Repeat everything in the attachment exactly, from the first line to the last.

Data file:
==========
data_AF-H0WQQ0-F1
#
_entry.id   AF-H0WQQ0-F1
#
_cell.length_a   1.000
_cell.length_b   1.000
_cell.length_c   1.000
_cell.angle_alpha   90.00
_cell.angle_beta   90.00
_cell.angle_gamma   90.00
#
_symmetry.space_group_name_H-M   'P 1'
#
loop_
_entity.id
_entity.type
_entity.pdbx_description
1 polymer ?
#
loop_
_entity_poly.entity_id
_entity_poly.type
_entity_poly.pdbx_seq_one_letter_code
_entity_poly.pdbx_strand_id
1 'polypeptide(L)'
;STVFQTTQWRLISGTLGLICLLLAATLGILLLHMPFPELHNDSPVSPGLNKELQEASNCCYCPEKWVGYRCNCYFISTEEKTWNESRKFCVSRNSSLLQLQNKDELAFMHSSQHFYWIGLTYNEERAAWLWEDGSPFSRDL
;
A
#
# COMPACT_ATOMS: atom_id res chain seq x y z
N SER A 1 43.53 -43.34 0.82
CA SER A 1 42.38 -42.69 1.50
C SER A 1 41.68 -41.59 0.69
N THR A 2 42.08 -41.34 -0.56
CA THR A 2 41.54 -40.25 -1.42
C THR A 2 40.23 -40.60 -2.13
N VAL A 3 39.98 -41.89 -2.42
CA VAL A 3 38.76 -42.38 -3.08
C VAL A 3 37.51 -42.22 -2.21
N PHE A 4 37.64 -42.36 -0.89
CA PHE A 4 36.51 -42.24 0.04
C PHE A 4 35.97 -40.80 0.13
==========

data_AF-H0WQQ0-F1
#
_entry.id   AF-H0WQQ0-F1
#
_cell.length_a   1.000
_cell.length_b   1.000
_cell.length_c   1.000
_cell.angle_alpha   90.00
_cell.angle_beta   90.00
_cell.angle_gamma   90.00
#
_symmetry.space_group_name_H-M   'P 1'
#
loop_
_entity.id
_entity.type
_entity.pdbx_description
1 polymer ?
#
loop_
_entity_poly.entity_id
_entity_poly.type
_entity_poly.pdbx_seq_one_letter_code
_entity_poly.pdbx_strand_id
1 'polypeptide(L)'
;STVFQTTQWRLISGTLGLICLLLAATLGILLLHMPFPELHNDSPVSPGLNKELQEASNCCYCPEKWVGYRCNCYFISTEEKTWNESRKFCVSRNSSLLQLQNKDELAFMHSSQHFYWIGLTYNEERAAWLWEDGSPFSRDL
;
A
#
# COMPACT_ATOMS: atom_id res chain seq x y z
N SER A 1 43.53 -43.34 0.82
CA SER A 1 42.38 -42.69 1.50
C SER A 1 41.68 -41.59 0.69
N THR A 2 42.08 -41.34 -0.56
CA THR A 2 41.54 -40.25 -1.42
C THR A 2 40.23 -40.60 -2.13
N VAL A 3 39.98 -41.89 -2.42
CA VAL A 3 38.76 -42.38 -3.08
C VAL A 3 37.51 -42.22 -2.21
N PHE A 4 37.64 -42.36 -0.89
CA PHE A 4 36.51 -42.24 0.04
C PHE A 4 35.97 -40.80 0.13